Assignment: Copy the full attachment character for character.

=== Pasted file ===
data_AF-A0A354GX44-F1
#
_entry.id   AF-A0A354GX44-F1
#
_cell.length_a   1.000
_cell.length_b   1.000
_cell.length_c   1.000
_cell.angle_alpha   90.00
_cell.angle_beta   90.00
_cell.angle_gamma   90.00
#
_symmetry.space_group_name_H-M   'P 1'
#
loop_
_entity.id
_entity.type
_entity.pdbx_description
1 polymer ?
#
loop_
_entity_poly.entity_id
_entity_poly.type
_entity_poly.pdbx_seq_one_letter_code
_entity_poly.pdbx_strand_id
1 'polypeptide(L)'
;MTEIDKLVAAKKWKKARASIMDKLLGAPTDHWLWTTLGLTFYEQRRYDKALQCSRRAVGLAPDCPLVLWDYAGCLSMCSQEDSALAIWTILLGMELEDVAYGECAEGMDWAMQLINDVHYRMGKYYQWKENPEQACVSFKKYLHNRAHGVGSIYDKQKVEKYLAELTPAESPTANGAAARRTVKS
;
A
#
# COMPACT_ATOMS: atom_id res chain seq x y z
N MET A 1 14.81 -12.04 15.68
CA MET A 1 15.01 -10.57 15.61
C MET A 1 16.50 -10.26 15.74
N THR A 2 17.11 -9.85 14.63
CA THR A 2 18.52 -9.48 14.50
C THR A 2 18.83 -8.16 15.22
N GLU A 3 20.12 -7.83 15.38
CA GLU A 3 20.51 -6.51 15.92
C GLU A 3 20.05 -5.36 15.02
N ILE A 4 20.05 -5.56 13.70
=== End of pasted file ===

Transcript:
data_AF-A0A354GX44-F1
#
_entry.id   AF-A0A354GX44-F1
#
_cell.length_a   1.000
_cell.length_b   1.000
_cell.length_c   1.000
_cell.angle_alpha   90.00
_cell.angle_beta   90.00
_cell.angle_gamma   90.00
#
_symmetry.space_group_name_H-M   'P 1'
#
loop_
_entity.id
_entity.type
_entity.pdbx_description
1 polymer ?
#
loop_
_entity_poly.entity_id
_entity_poly.type
_entity_poly.pdbx_seq_one_letter_code
_entity_poly.pdbx_strand_id
1 'polypeptide(L)'
;MTEIDKLVAAKKWKKARASIMDKLLGAPTDHWLWTTLGLTFYEQRRYDKALQCSRRAVGLAPDCPLVLWDYAGCLSMCSQEDSALAIWTILLGMELEDVAYGECAEGMDWAMQLINDVHYRMGKYYQWKENPEQACVSFKKYLHNRAHGVGSIYDKQKVEKYLAELTPAESPTANGAAARRTVKS
;
A
#
# COMPACT_ATOMS: atom_id res chain seq x y z
N MET A 1 14.81 -12.04 15.68
CA MET A 1 15.01 -10.57 15.61
C MET A 1 16.50 -10.26 15.74
N THR A 2 17.11 -9.85 14.63
CA THR A 2 18.52 -9.48 14.50
C THR A 2 18.83 -8.16 15.22
N GLU A 3 20.12 -7.83 15.38
CA GLU A 3 20.51 -6.51 15.92
C GLU A 3 20.05 -5.36 15.02
N ILE A 4 20.05 -5.56 13.70